Activists in St. James Parish have been fighting the development of a giant plastic manufacturing plant there for years. They have filed lawsuits, protested at the state capitol, and committed acts of civil disobedience. Now, two of them are facing felony charges and they say they’re being targeted for their activism.
On a cold rainy morning in Baton Rouge last December, two environmental advocates opened a U-haul truck they’d hauled in from Texas.
In a Facebook video, Anne Rolfes with the Louisiana Bucket Brigade, stands in front of the open truck, and points to boxes and boxes of plastic waste, called “nurdles.”
“We have millions of nurdles, plastic pellets of Formosa’s pollution, from Texas, here to Louisiana,” she said.
The plastic trash is -- in fact -- evidence. It was removed by environmental advocates from waterways in Texas, after escaping from a plastic plant there run by Formosa Petrochemical. The company was fined $50 million for the damage. That same company is now in the process of building a $9.4 billion mega-plant in St. James Parish.
Rolfes held up some of the plastic waste in a ziploc bag and emphatically stated, “The message from St. James has been clear: under no circumstances will Formosa be built.”
These pellets are the building blocks for plastic manufacturing. They are used to make bottles and car seats and tupperware. But when the pellets end up in rivers, streams or lakes, they can kill sea creatures that eat them, and also leak chemicals.
As part of the day-long action to highlight plastic pollution back in December, Rolfes and another advocate, Kate McIntosh, took a few boxes of the plastic pellets and delivered them to the doorsteps of several lobbyists in Baton Rouge as a form of protest.
We just did the oil and gas lobbyists the favor of showing them what some of this evidence was by putting a crate on their doorstep,” Rolfes said in a recent interview.
Six months later, Rolfes and McIntosh were arrested and charged with felonies. Rolfes was charged with terrorizing, which can carry up to a 15-year prison sentence. McIntosh was charged with principal to terrorizing. “The irony is that on the one hand, it's perfectly fine for the petrochemical industry to dump plastic pellets and cancer-causing pollution all over the people of Louisiana,” Rolfes said. “On the other hand, they're so offended when we go and put a contained box of plastic pellets on their doorstep that they consider it terrorism.”
Rolfes sees the move as an intimidation tactic, since the arrests came months after the incident. The Baton Rouge Police Department did not say why it took so long to make the arrests, but intimated that it may have been due to a slowdown caused by COVID 19. WWNO reached out to two of the lobbyists who received the packages - neither of them wanted to talk. In an email, Tyler Gray, president of Louisiana Mid-Continent's Oil and Gas Association, said he “recognized it as a stunt,” threw the package away, and hasn’t talked with police since it happened.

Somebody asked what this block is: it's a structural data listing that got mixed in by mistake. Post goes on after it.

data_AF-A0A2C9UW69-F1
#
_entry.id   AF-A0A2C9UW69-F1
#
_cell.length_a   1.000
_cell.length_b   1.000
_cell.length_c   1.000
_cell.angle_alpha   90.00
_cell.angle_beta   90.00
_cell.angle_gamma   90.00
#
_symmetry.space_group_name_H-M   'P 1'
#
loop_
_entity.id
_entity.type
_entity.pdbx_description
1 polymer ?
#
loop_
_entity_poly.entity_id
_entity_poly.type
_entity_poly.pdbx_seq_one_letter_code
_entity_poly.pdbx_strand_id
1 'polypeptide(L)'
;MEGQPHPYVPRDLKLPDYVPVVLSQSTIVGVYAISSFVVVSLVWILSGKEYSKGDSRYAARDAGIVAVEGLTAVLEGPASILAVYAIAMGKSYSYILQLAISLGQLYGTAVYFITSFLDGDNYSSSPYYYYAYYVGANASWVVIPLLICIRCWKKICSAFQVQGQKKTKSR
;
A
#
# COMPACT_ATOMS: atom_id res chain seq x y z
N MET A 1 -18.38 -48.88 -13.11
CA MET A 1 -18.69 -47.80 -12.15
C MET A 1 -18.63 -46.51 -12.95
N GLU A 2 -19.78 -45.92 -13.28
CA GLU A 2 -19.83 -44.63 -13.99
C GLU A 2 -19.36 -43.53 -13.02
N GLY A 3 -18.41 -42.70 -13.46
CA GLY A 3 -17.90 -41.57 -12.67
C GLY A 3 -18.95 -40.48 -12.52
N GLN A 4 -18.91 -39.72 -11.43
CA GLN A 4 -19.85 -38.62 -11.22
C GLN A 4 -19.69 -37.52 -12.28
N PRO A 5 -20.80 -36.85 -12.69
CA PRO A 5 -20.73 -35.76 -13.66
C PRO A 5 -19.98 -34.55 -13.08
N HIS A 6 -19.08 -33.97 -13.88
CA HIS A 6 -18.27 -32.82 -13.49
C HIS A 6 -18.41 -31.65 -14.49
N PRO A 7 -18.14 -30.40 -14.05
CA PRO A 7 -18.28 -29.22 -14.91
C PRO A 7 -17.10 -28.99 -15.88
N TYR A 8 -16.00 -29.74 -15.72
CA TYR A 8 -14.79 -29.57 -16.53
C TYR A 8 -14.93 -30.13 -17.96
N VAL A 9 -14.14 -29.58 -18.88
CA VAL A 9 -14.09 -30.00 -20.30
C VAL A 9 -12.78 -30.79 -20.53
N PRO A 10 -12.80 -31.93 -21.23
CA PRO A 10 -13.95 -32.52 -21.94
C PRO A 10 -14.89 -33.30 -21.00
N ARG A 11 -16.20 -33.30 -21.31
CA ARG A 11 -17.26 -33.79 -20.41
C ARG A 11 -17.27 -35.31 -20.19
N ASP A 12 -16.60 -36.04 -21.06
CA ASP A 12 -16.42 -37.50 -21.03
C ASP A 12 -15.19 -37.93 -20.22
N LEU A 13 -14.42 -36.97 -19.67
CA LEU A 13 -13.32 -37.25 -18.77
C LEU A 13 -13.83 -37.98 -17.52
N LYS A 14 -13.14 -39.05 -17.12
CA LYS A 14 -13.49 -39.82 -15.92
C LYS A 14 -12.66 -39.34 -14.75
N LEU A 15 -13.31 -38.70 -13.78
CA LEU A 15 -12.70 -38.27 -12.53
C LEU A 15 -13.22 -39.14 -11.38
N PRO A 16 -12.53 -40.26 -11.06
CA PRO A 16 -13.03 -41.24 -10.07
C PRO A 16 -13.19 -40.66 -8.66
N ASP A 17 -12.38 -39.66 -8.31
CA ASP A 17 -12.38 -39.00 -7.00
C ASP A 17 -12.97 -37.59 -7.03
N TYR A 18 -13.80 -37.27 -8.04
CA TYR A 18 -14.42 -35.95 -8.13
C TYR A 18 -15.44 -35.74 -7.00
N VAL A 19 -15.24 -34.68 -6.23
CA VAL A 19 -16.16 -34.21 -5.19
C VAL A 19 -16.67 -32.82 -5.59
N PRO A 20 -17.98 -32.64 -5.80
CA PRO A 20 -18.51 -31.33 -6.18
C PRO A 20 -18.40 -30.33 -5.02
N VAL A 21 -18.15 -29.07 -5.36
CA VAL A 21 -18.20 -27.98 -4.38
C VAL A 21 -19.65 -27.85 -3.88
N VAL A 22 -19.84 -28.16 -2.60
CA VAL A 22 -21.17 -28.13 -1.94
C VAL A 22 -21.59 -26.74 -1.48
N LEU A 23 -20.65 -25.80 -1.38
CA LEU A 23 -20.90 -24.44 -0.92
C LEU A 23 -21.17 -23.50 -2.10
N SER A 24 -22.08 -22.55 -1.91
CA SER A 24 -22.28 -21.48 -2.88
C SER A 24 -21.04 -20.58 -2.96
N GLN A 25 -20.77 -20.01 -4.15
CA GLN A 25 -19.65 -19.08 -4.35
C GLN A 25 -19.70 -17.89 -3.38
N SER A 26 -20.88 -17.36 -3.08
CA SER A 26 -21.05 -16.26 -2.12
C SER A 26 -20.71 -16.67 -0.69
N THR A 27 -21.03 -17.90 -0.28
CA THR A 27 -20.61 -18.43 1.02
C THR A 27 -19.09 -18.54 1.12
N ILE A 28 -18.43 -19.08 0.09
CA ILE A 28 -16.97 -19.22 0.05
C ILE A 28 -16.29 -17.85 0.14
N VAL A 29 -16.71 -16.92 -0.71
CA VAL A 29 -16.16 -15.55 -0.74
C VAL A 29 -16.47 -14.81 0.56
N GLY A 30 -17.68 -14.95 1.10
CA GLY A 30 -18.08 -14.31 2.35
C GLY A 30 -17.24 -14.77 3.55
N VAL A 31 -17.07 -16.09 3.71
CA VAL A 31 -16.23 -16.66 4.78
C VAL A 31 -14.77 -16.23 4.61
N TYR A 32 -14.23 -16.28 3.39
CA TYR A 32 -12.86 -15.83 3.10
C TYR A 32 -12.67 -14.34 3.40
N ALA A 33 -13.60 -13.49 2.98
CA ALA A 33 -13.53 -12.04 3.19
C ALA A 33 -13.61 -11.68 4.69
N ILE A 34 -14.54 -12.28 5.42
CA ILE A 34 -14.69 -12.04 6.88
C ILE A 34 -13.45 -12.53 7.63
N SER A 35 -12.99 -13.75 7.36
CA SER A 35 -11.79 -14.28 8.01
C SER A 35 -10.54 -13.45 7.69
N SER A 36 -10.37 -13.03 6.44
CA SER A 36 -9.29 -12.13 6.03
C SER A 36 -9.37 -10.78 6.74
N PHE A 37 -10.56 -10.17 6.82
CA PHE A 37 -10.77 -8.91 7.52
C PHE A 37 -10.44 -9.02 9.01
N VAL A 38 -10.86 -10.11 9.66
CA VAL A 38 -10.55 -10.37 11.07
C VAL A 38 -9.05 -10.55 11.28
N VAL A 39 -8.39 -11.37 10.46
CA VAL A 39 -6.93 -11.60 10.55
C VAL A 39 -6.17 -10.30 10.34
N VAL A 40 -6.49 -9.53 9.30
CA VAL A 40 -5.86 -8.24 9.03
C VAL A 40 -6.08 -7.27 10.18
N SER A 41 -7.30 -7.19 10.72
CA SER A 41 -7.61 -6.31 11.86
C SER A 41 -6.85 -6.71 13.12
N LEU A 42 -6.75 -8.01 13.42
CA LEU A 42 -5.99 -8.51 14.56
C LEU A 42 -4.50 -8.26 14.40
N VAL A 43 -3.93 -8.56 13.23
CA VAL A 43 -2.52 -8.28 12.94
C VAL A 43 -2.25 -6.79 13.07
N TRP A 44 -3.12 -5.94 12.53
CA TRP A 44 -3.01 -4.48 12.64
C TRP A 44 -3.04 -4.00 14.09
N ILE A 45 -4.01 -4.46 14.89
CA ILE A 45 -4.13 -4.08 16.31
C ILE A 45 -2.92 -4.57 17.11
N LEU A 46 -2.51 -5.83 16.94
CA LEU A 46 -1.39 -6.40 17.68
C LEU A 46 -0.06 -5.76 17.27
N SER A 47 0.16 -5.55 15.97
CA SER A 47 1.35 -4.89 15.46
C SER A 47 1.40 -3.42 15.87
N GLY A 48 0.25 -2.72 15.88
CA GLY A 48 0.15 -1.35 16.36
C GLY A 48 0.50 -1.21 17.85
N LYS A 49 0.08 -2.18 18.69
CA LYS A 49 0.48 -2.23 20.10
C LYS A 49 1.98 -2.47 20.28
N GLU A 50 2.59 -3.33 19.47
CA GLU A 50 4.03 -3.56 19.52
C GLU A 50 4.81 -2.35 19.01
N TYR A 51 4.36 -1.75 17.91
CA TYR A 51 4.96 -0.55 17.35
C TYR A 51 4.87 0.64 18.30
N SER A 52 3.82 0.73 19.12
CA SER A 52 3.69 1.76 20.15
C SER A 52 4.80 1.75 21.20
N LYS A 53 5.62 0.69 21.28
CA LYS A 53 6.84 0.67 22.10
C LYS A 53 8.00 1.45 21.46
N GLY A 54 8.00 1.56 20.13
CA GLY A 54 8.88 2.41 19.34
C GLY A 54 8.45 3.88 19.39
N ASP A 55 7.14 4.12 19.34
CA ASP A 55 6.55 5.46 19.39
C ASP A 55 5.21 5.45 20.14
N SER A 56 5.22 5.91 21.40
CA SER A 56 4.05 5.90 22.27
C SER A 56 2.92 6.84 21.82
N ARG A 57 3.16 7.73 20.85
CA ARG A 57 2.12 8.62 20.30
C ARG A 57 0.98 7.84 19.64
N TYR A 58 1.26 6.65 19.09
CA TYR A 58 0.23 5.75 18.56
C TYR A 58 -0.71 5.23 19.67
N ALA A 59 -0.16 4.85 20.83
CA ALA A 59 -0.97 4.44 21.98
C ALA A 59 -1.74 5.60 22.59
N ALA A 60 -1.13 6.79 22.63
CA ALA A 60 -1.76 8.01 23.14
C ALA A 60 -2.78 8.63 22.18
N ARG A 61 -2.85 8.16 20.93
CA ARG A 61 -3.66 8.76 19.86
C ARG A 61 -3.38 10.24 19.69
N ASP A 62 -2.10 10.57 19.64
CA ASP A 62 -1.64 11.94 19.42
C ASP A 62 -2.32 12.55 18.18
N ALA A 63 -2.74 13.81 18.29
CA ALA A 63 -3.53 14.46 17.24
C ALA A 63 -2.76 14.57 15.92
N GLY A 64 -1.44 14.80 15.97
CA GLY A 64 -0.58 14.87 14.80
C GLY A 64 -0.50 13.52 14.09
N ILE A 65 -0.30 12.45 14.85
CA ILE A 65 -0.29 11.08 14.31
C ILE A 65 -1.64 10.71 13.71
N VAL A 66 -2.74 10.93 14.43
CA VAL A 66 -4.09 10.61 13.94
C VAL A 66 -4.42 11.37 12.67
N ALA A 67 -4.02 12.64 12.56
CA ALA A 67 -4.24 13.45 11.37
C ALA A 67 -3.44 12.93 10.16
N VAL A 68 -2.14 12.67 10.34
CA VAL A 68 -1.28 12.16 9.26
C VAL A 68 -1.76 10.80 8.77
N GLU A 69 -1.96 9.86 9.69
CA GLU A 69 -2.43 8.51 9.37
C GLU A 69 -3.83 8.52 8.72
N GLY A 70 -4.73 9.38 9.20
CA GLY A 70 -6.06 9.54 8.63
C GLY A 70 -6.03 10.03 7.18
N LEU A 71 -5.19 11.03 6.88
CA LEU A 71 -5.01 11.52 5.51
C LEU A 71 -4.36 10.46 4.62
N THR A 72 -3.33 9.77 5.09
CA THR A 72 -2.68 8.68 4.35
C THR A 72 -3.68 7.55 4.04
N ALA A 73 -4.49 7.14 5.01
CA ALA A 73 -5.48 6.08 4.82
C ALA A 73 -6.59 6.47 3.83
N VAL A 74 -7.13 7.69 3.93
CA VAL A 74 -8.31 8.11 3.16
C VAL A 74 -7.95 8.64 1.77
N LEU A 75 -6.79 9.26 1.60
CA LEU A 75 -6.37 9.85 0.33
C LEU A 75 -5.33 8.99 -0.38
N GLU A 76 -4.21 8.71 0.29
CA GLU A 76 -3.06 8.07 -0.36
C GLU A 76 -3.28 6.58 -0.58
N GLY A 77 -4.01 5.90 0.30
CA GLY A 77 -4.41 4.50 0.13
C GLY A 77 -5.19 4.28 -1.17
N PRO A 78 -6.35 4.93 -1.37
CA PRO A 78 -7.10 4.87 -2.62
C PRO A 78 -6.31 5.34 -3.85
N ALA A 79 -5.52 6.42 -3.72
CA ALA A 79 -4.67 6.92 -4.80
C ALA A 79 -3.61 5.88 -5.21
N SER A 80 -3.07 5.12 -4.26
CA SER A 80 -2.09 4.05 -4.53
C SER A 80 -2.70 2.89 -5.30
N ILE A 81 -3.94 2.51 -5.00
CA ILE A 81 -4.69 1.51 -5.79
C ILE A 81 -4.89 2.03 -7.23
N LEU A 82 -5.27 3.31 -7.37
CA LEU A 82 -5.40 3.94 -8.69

The ACLU of Louisiana is condemning the felony charges. Executive director, Alanah Odems Hebert, called the arrests a threat to free speech.
“We need to take a further look at who gets charged, what crimes of violence actually are, and whether or not people who are going to jail are actually going to jail because of their political views,” she said.
Hebert said the timing of the arrests are suspicious, noting that the activists were charged right after a victory by environmental advocates to allow people onto the St. James property for Juneteenth. The plant is being built on the gravesite of enslaved people, and their descendents wanted to come onto the property to honor them. The company initially refused and was court-ordered to allow it. Within a week, McIntosh and Rolfes were arrested.
“I would say unequivocally it has to be politically motivated,” said Hebert.
The activists are being represented by the New York-based nonprofit, the Center for Constitutional Rights. Pam Spees is a senior staff attorney, and said it is part of a larger pattern of intimidation by the oil and gas industry. “This thing is backfiring,” she said. “It is being seen by many people for a drastic overreach and pretty ridiculous - and that it is.”
It’s not the first time protesters have been arrested over this fight. Last fall a pastor, Gregory Manning, was arrested during a protest with the Coalition Against Death Alley. The state legislature in Louisiana has made it a felony to trespass on oil and gas property; meanwhile, legislators passed resolutions in support of doing business with Taiwan - where Formosa is based - and the state gave the company a $12 million grant.
“Anne and Kate are not cowed by this,” Spees said. “They're ready for a fight. They are very clear on what they're doing and why and the legality of it. But it is a burden to have charges like this.”
Rolfes, who has fought for years against petrochemical development and pollution in Louisiana, said she isn't afraid. “This was a distraction and unnecessary. But it happened.” If anything, she says, it’ll be fuel for the fight.
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